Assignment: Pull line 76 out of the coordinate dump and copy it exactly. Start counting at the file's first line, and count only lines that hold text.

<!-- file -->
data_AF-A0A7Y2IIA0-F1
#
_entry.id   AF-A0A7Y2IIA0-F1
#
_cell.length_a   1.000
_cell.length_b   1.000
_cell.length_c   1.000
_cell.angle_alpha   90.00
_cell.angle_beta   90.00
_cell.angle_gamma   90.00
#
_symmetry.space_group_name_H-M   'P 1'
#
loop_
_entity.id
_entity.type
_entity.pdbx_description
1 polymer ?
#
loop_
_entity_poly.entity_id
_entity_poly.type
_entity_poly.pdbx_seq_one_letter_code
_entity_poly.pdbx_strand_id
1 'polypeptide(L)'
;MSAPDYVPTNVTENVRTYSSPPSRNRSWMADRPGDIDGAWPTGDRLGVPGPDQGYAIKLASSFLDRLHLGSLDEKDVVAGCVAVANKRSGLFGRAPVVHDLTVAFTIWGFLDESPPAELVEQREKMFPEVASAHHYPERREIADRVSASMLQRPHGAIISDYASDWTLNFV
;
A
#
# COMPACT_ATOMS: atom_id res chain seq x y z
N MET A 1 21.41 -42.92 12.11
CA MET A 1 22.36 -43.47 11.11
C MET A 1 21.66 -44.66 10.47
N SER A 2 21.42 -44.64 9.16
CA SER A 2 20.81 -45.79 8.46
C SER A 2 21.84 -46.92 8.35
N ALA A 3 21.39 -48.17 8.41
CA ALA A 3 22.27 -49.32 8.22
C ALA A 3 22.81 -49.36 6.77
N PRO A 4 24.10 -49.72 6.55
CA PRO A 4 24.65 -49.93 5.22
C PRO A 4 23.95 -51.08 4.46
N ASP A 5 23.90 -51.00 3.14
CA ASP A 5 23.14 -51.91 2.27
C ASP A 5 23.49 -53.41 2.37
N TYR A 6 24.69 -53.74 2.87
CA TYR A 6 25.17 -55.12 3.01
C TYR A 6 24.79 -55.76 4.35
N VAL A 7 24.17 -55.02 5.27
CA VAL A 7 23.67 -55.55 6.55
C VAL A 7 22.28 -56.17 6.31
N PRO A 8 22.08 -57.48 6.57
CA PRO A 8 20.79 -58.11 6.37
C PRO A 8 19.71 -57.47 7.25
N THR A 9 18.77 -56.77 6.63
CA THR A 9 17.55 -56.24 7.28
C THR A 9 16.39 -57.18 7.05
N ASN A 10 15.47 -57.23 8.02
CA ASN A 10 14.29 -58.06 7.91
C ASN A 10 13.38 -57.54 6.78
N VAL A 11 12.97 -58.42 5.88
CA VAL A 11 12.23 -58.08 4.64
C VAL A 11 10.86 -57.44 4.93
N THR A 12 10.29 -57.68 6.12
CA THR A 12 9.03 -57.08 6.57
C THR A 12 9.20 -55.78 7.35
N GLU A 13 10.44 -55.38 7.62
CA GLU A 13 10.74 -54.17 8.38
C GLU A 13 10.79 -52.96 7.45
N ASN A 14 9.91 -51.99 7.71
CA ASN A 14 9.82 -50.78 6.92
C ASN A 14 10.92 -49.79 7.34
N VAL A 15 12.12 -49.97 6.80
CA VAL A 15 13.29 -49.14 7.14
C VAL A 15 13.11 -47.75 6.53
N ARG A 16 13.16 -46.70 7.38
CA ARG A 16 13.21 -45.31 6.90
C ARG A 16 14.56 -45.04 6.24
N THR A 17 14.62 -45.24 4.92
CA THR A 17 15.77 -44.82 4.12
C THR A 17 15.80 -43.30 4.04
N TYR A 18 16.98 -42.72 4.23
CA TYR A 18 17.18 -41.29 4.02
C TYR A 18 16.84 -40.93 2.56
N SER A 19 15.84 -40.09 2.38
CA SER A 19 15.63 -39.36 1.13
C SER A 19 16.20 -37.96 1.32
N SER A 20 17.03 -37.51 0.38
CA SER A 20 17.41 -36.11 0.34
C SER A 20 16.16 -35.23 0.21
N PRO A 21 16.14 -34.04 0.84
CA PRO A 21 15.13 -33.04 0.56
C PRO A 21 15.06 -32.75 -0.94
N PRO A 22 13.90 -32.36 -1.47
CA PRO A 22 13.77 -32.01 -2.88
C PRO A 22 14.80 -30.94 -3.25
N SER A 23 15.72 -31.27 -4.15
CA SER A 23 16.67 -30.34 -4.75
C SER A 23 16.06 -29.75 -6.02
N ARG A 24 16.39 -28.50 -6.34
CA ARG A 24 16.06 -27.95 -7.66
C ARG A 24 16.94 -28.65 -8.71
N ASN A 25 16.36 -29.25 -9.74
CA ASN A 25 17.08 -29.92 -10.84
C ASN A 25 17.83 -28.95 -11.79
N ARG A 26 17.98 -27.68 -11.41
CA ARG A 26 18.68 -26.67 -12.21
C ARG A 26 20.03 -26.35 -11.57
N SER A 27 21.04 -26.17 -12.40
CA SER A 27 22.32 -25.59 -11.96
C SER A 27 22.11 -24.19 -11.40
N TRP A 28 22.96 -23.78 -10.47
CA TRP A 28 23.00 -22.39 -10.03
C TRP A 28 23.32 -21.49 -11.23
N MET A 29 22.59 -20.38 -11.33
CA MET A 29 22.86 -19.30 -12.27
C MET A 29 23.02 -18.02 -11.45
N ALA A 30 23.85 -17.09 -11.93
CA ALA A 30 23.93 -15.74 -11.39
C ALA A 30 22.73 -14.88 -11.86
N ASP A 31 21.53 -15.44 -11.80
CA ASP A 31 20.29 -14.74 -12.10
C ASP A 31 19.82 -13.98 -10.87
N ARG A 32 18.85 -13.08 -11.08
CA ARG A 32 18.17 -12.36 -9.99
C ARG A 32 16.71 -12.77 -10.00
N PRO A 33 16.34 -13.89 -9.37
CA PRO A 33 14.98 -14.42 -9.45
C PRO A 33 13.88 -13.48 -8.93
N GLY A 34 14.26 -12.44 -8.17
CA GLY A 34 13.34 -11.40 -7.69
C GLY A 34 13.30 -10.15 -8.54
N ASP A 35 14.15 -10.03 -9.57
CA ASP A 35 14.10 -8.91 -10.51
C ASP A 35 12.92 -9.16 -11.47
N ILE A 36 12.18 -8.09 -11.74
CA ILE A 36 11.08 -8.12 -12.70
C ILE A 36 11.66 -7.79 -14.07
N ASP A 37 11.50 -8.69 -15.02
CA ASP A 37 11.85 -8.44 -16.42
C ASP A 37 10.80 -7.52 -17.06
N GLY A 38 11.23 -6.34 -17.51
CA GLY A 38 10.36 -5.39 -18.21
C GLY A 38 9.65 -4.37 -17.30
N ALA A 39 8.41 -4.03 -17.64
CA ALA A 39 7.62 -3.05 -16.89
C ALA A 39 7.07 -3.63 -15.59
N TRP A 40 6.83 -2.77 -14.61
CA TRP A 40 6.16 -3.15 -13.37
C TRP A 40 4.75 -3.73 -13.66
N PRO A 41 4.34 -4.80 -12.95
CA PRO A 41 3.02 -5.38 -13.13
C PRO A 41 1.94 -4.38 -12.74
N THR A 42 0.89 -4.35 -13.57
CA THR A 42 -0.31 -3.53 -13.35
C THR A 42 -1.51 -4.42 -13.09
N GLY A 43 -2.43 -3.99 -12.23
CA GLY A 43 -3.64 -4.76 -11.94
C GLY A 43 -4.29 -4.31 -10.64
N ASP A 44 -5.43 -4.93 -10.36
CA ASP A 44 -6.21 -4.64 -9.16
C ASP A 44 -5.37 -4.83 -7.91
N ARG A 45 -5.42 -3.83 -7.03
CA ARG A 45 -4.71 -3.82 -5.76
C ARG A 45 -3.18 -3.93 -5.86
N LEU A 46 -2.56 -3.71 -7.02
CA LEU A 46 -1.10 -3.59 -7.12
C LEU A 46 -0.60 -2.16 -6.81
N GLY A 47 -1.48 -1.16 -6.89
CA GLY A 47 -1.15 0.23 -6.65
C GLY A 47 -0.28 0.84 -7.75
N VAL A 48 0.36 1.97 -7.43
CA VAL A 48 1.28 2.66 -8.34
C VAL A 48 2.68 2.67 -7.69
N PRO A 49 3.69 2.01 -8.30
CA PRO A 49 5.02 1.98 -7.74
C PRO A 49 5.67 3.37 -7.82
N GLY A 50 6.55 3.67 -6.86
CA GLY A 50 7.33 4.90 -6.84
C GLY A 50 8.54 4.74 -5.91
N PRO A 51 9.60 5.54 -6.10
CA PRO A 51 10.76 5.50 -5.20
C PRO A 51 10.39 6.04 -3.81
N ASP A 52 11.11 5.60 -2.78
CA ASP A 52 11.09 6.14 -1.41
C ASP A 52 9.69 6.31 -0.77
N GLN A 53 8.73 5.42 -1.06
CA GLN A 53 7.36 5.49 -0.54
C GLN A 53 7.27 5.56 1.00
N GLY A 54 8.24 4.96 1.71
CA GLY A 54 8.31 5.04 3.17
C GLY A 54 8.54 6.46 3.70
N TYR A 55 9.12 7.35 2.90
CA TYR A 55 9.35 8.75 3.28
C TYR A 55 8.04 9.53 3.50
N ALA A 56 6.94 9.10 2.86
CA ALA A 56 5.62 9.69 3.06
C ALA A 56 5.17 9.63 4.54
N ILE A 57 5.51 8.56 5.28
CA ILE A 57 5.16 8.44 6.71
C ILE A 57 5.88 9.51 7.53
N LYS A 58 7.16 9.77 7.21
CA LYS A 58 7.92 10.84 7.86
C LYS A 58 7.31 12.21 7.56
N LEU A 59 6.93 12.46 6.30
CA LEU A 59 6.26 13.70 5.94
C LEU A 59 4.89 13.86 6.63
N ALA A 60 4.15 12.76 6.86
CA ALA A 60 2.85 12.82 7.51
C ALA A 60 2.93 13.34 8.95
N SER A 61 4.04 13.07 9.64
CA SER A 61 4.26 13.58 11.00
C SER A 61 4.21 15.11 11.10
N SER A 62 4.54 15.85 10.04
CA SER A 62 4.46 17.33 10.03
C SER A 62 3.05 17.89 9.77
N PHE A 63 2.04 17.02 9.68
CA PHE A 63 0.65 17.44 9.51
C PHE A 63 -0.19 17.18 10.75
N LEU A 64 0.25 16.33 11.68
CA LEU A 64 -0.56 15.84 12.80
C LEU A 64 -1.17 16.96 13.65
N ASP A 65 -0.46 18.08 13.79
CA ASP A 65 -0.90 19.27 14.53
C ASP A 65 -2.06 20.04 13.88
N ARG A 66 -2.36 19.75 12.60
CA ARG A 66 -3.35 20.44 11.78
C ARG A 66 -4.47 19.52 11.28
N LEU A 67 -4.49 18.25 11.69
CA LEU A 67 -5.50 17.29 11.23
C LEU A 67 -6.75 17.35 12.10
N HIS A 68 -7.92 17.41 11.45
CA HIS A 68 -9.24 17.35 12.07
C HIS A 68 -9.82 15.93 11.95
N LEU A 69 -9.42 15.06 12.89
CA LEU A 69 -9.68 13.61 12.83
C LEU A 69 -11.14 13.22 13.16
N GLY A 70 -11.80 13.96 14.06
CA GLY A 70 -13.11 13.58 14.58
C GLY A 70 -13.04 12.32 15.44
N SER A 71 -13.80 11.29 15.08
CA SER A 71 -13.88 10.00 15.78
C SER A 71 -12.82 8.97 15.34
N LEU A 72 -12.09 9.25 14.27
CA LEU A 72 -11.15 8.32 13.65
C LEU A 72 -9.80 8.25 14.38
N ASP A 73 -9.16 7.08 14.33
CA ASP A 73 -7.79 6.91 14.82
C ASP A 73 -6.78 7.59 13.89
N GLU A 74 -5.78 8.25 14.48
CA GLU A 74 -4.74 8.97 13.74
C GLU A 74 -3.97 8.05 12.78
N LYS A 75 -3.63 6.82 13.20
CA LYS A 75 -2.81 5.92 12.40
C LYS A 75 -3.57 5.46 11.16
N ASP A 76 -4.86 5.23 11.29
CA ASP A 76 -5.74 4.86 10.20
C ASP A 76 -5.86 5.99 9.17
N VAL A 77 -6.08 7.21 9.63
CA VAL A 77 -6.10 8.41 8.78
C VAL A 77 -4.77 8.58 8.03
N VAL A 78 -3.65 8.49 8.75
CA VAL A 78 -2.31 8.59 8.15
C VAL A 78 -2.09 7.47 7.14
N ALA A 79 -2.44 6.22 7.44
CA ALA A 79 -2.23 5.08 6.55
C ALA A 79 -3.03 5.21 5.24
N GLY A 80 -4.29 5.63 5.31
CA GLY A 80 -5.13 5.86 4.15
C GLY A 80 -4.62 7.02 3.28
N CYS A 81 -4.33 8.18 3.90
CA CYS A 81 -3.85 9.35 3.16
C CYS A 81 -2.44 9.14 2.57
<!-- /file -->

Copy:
N ARG A 16 13.16 -46.70 7.38